Purkinje Cells May Have Unexpected Link to Mood Disorders

Neurons in the cerebellum infected with herpesvirus may influence mental health.

Posted Aug 10, 2018

 Team Prusty at Universität Würzburg
Immunofluorescence image from the cerebellar cortex region of bipolar patients that shows proteins of human herpesviruses (red) in Purkinje neurons. Astrocytes are stained green.
Source: Team Prusty at Universität Würzburg

For the first time, researchers at the University of Würzburg have identified that active infection of Purkinje neurons in the cerebellum with a human herpesvirus (HHV-6) is associated with some psychiatric disorders. Their paper, “Active HHV-6 Infection of Cerebellar Purkinje Cells in Mood Disorders,” was recently accepted for publication in the journal Frontiers in Microbiology.

First author Bhupesh Prusty of the Institute for Virology and Immunobiology at the University of Würzburg and his Department of Microbiology team in Germany worked with colleagues in the United States at the Stanley Medical Research Institute (SMRI) to make this surprising discovery about Purkinje neurons and mood disorders.

Wikipedia Commons/ Instituto Santiago Ramón y Cajal, Madrid, Spain
Drawing of pigeon Purkinje cells (A) in the cerebellum by Santiago Ramón y Cajal, 1899.
Source: Wikipedia Commons/ Instituto Santiago Ramón y Cajal, Madrid, Spain

For centuries, most experts thought that the unique Purkinje cells of the cerebellum—which provide feedforward cerebellar output from the “little brain” to the cerebral cortex as part of our cerebro-cerebellar circuitry—only played a role in non-cognitive motor functions such as fine-tuning coordinated muscle movements in daily life and sports.

However, since the dawn of the 21st-century, the pioneering work of Jeremy Schmahmann and colleagues at Harvard Medical School’s Massachusetts General Hospital has led to a growing acceptance that the cerebellum and its Purkinje neurons are also involved in a wide range of nonmotor functions. (For more see, “Jeremy Schmahmann Untangles the Perplexity of Our Cerebellum” and “The Cerebellum Deeply Influences Our Thoughts and Emotions.”)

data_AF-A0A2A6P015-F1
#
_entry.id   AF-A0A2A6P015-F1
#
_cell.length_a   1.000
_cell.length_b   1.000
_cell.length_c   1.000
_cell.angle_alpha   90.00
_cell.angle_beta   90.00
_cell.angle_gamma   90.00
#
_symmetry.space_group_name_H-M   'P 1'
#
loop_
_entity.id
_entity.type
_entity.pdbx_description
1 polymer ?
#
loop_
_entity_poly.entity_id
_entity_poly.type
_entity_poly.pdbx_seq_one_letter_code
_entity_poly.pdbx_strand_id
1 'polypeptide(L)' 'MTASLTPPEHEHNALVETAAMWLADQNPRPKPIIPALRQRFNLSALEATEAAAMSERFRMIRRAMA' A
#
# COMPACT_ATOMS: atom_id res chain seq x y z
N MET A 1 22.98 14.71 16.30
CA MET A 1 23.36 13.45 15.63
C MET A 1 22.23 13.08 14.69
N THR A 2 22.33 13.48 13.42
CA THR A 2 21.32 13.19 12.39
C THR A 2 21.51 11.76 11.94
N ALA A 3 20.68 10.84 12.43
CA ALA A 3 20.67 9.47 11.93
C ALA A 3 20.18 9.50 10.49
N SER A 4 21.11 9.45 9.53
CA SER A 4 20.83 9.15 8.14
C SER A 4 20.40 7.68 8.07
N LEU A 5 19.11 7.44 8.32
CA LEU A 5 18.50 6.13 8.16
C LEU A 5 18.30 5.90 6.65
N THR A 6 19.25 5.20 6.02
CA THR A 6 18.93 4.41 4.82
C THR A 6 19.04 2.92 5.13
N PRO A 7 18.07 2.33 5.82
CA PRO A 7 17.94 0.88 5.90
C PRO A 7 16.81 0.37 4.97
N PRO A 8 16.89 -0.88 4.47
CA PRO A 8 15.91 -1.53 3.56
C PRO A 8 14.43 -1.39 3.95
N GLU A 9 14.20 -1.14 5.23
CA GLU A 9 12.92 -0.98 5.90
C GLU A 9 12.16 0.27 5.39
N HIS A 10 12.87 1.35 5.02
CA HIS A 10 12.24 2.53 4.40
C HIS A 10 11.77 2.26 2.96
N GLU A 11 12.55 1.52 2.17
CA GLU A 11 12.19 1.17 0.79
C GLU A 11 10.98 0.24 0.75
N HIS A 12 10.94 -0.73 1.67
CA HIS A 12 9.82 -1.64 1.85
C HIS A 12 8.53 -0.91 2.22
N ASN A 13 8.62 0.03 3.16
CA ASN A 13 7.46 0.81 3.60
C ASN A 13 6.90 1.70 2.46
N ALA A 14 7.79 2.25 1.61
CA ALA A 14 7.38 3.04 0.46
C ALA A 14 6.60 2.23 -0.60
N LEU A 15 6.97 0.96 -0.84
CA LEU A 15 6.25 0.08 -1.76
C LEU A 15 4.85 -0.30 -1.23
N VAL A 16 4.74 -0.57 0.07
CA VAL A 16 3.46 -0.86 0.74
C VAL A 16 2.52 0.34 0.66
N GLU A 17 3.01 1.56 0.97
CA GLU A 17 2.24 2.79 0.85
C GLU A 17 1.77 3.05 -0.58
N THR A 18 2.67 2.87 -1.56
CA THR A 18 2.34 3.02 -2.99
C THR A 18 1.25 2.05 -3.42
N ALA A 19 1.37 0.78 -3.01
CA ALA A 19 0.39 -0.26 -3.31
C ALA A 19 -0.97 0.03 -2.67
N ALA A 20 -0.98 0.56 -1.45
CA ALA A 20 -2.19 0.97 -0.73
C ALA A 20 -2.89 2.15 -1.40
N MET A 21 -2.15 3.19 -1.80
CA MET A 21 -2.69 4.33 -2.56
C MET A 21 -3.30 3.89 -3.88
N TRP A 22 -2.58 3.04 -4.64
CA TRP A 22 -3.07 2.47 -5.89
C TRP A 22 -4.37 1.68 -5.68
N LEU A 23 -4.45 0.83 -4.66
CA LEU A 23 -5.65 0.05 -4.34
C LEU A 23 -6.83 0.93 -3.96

Wikipedia Commons/Life Sciences Databases
Cerebellum (Latin for "little brain") in red.
Source: Wikipedia Commons/Life Sciences Databases

Purkinje Cell Infection Rate Is Linked to Bipolar and Major Depressive Disorders 

Until now, the association between virus-related inflammation in the brain and mood disorders has been hard for neuroscientists to pin down. Prusty and his Germany-based group had a hunch that the human herpesviruses HHV-6A and HHV-6B might play a vital role in the genesis of certain psychiatric disorders such as bipolar disorder, schizophrenia, and major depressive disorders. To investigate this possible link, they partnered with two of the largest human brain biopsy cohorts from SMRI, which is affiliated with the Stanley Division of Developmental Neurovirology at Johns Hopkins University. 

"Inherited factors have long been known to increase the risk of developing several types of psychiatric disorders including bipolar disorder, major depressive disorder, and schizophrenia," Bhupesh Prusty said in a statement. “But there is also strong evidence that environmental factors, particularly those that lead to neuroinflammation early in life, might play an important etiologic role in the pathogenesis of these disorders as well. Viruses are such an environmental factor. Pathogens may disrupt neurodevelopment and cross-talk with the immune system at key developmental stages." 

Notably, children who are infected with a human herpesvirus at a young age usually recover and do not show any complications later in life. However, Prusty et al. speculate that these viruses can lie dormant in various organs, the salivary glands, and tissues throughout the central nervous system across a lifespan. Under certain environmental circumstances (which are not clearly understood) it appears that human herpesviruses can become active again, even after years of latency.

"We were able to find active infection of HHV-6 predominantly within Purkinje cells of human cerebellum in bipolar and major depressive disorder patients," Prusty said in a summary of this study’s significance. “The results show, for the first time, that type HHV-6 viruses are capable of infecting neurons and possibly causing cognitive disturbances leading to mood disorder.”

Interestingly, the researchers found a strong association between HHV-6A infection and reduced Purkinje cell size. This suggests that virus-mediated abnormal Purkinje cell function may be linked to bipolar disorder and major depression in some cases. An analysis of brain tissue in the cerebellum using gene expression techniques also revealed an inflammatory response to HHV-6A infection.

According to the researchers, their latest findings on a possible link between Purkinje neurons, active HHV-6, and mood disorders could disprove the widely-held belief that viruses which lie "dormant" never cause disease. “Studies like ours prove this thinking as wrong," Prusty said.

The next phase of research by Prusty and his team will be for the Würzburg researchers to pinpoint the specific molecular mechanisms driving HHV-6A mediated cellular damage to Purkinje neurons.

References

Bhupesh K. Prusty, Nitish Gulve, Sheila Govind, Gerhard R. Krueger, Julia Feichtinger, Lee Larcombe, Richard Aspinall, Dharam V. Avlashi, Carla T. Toro. "Active HHV-6 infection of cerebellar Purkinje cells in mood disorders." Frontiers in Microbiology (Provisionally accepted for publication: August 2, 2018) DOI: 10.3389/fmicb.2018.01955

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